UAE may need investment
in agriculture sector

ABU DHABI - The United Arab Emirates needs to boost investment in the agriculture sector, which can supply only 37 per cent of its annual food demand and makes it vulnerable to fluctuating prices, an official said on Monday.

By Amena Bakr (Reuters)

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Published: Tue 23 Nov 2010, 10:52 PM

Last updated: Mon 6 Apr 2015, 5:10 PM

Gulf states including the UAE suffered when international food prices spiked to record levels in 2008, forcing up their import bills. They have since sought to lease and buy farmland in developing nations in efforts to improve security of food supplies.

“It is extremely important for the UAE to start encouraging local and global production of food,” said Alaa El-Din Moussa, a senior economic researcher at Abu Dhabi’s Department of Economic Development (DED).

“It’s no longer a matter of having money, because in the future if there is a huge shortage of food, securing supplies even if you have money will get harder,” he told Reuters on the sidelines of an industry event in Abu Dhabi.

The DED recently conducted a study based on 102 commodities and found that areas of weakness included fruits, where the country has zero percent self-sufficiency, vegetables with 14 per cent, sugar with 33 per cent and cereals 40 per cent. Farming in the desert Gulf region is a challenge due to extreme heat, limited water supplies and high soil salinity. Despite the obstacles, the UAE and a number of Gulf states are investing in technology to help secure food supplies domestically.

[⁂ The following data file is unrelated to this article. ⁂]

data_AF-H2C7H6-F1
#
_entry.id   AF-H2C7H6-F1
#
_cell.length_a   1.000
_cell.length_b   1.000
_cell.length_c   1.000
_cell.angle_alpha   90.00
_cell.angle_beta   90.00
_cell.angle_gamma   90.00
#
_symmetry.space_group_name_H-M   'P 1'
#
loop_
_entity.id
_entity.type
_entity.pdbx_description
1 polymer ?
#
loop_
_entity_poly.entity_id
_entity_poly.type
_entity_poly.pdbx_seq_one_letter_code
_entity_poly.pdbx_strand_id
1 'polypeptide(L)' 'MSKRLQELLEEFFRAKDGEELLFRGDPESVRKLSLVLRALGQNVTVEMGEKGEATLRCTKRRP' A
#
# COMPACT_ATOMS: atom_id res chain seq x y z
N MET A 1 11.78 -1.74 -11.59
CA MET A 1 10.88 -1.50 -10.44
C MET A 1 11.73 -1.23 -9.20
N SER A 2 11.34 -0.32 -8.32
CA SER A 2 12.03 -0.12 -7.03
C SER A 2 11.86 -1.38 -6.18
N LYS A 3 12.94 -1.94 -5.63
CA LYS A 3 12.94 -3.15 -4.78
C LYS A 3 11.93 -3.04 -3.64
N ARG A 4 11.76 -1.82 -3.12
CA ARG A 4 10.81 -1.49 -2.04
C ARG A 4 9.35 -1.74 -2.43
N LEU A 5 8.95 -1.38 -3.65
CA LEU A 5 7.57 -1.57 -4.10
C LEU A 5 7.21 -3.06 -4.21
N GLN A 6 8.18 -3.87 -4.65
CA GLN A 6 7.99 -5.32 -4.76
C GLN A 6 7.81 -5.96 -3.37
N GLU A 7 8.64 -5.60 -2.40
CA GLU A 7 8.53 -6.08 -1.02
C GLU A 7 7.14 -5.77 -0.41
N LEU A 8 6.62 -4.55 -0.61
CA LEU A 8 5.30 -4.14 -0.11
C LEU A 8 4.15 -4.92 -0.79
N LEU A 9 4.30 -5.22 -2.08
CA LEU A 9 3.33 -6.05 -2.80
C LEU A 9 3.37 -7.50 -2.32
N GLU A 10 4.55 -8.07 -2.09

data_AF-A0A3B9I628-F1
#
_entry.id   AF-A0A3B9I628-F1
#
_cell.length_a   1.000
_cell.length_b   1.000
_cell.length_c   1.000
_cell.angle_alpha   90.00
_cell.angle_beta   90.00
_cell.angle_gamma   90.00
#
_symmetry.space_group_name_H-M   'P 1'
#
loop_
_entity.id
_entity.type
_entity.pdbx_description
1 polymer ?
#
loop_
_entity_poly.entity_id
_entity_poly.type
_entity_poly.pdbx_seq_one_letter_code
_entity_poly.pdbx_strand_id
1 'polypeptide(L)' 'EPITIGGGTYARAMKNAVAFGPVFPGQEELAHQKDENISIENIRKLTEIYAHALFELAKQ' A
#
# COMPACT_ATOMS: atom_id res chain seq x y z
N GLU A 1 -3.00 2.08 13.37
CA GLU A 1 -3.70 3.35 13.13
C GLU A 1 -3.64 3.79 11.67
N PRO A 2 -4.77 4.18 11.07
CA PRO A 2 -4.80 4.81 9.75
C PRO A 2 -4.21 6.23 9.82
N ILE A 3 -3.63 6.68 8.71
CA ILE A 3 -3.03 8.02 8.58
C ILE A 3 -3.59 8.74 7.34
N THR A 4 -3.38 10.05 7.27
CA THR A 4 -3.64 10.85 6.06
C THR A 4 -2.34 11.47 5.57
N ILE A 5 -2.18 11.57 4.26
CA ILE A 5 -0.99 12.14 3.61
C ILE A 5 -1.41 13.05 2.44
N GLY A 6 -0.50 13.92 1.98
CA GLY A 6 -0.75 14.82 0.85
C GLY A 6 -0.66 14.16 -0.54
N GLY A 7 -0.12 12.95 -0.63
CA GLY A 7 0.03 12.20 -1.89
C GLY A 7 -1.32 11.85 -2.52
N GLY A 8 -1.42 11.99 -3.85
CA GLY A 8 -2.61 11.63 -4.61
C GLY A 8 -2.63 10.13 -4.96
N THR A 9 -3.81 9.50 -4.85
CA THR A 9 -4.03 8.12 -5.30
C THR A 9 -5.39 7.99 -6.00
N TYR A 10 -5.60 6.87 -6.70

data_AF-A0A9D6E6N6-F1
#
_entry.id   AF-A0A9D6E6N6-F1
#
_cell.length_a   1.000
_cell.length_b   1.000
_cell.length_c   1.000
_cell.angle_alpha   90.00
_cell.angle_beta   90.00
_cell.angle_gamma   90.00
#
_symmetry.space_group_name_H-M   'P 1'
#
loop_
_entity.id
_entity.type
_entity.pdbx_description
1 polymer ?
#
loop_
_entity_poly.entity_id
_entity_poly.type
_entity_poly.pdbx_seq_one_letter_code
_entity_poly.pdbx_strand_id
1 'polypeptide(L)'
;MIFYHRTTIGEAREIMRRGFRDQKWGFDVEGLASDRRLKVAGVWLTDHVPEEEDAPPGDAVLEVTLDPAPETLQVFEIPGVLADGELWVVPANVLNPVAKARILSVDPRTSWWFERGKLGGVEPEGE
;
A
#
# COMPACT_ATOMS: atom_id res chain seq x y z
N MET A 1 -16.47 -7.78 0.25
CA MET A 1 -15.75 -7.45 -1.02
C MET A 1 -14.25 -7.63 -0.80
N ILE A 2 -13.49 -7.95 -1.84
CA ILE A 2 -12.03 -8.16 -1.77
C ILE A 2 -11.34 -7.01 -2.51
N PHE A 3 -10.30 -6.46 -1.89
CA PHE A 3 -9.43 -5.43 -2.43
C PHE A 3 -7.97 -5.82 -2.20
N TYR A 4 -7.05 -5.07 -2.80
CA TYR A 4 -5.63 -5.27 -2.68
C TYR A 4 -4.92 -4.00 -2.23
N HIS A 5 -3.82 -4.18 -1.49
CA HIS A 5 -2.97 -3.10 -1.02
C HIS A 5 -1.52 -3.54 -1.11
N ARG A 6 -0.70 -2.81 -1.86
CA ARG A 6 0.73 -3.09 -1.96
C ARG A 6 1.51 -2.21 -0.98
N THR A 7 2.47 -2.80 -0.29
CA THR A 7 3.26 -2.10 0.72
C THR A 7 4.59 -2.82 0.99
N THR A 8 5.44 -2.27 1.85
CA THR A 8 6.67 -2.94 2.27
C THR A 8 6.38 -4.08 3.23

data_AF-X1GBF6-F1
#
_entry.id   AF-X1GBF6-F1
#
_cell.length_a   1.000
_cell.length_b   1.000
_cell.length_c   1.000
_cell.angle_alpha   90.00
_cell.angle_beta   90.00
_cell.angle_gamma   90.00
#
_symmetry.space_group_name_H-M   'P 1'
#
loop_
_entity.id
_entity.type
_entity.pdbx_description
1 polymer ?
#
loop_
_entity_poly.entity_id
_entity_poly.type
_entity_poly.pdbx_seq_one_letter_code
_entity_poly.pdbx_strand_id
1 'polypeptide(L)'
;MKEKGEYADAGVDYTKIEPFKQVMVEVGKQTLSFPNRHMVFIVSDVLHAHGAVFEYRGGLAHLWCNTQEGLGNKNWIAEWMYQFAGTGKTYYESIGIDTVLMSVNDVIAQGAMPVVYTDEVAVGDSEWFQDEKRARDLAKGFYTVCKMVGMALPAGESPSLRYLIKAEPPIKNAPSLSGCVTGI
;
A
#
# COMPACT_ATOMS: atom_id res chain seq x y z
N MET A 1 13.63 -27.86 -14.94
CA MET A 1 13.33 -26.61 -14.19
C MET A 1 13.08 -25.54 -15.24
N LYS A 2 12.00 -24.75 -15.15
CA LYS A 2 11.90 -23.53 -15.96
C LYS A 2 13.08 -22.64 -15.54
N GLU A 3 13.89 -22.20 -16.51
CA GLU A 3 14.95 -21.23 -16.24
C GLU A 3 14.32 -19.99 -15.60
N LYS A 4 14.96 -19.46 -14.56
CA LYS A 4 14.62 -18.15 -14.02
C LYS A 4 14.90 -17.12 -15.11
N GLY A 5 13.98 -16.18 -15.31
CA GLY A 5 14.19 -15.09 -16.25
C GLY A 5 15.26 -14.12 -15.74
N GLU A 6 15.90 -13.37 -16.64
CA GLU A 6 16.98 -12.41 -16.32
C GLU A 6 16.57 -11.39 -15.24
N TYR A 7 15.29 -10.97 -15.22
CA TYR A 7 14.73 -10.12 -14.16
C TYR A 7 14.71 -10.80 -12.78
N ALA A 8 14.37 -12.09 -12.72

“I know that due to limited water supply and heat, the UAE will never be able to produce water-intensive crops like wheat and rice, but at least they can try to increase the fruit and vegetable supply,” said Moussa.

Last year, the UAE’s ministry of economy announced a plan to build a three-month food stockpile to cushion against any supply disruptions. “But the majority of the food for the stockpiling is coming from imports, when the focus really should be to find ways to increase food production,” said Moussa. Farms need to increase output by 70 per cent by 2050, when global population is expected to rise to 9 billion from the current 6.7 billion, according to the United Nations’ food and agriculture agency.

“I suggest the UAE needs to open up an agriculture bank that would give loans to farmers here at low interest rates, which would encourage them in growing food locally instead of just trading for a faster profit,” said Moussa.

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